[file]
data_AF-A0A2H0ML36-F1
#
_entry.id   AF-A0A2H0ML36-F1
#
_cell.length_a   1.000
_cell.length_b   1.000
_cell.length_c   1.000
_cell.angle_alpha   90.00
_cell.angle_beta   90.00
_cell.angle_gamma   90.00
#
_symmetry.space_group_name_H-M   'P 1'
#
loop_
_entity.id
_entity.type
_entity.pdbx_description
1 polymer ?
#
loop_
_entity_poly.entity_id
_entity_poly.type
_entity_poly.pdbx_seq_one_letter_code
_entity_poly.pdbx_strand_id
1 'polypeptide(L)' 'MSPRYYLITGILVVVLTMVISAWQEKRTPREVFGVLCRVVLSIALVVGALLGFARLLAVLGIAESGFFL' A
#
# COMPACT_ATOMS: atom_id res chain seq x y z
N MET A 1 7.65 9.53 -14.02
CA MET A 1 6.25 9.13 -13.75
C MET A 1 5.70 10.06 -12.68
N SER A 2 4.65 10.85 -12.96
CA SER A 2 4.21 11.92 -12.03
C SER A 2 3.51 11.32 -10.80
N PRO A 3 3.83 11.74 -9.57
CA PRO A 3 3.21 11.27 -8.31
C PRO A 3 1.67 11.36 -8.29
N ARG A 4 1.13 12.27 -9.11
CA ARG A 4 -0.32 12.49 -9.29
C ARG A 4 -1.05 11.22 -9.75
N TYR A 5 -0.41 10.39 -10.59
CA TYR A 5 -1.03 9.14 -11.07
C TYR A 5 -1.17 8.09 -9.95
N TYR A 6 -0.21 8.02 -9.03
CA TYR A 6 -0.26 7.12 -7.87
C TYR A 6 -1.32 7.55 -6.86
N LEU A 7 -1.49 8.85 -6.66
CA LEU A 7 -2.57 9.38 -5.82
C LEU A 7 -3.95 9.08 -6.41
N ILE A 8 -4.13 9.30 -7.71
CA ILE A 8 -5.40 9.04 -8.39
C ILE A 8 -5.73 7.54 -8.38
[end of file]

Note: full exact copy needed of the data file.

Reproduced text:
data_AF-A0A2H0ML36-F1
#
_entry.id   AF-A0A2H0ML36-F1
#
_cell.length_a   1.000
_cell.length_b   1.000
_cell.length_c   1.000
_cell.angle_alpha   90.00
_cell.angle_beta   90.00
_cell.angle_gamma   90.00
#
_symmetry.space_group_name_H-M   'P 1'
#
loop_
_entity.id
_entity.type
_entity.pdbx_description
1 polymer ?
#
loop_
_entity_poly.entity_id
_entity_poly.type
_entity_poly.pdbx_seq_one_letter_code
_entity_poly.pdbx_strand_id
1 'polypeptide(L)' 'MSPRYYLITGILVVVLTMVISAWQEKRTPREVFGVLCRVVLSIALVVGALLGFARLLAVLGIAESGFFL' A
#
# COMPACT_ATOMS: atom_id res chain seq x y z
N MET A 1 7.65 9.53 -14.02
CA MET A 1 6.25 9.13 -13.75
C MET A 1 5.70 10.06 -12.68
N SER A 2 4.65 10.85 -12.96
CA SER A 2 4.21 11.92 -12.03
C SER A 2 3.51 11.32 -10.80
N PRO A 3 3.83 11.74 -9.57
CA PRO A 3 3.21 11.27 -8.31
C PRO A 3 1.67 11.36 -8.29
N ARG A 4 1.13 12.27 -9.11
CA ARG A 4 -0.32 12.49 -9.29
C ARG A 4 -1.05 11.22 -9.75
N TYR A 5 -0.41 10.39 -10.59
CA TYR A 5 -1.03 9.14 -11.07
C TYR A 5 -1.17 8.09 -9.95
N TYR A 6 -0.21 8.02 -9.03
CA TYR A 6 -0.26 7.12 -7.87
C TYR A 6 -1.32 7.55 -6.86
N LEU A 7 -1.49 8.85 -6.66
CA LEU A 7 -2.57 9.38 -5.82
C LEU A 7 -3.95 9.08 -6.41
N ILE A 8 -4.13 9.30 -7.71
CA ILE A 8 -5.40 9.04 -8.39
C ILE A 8 -5.73 7.54 -8.38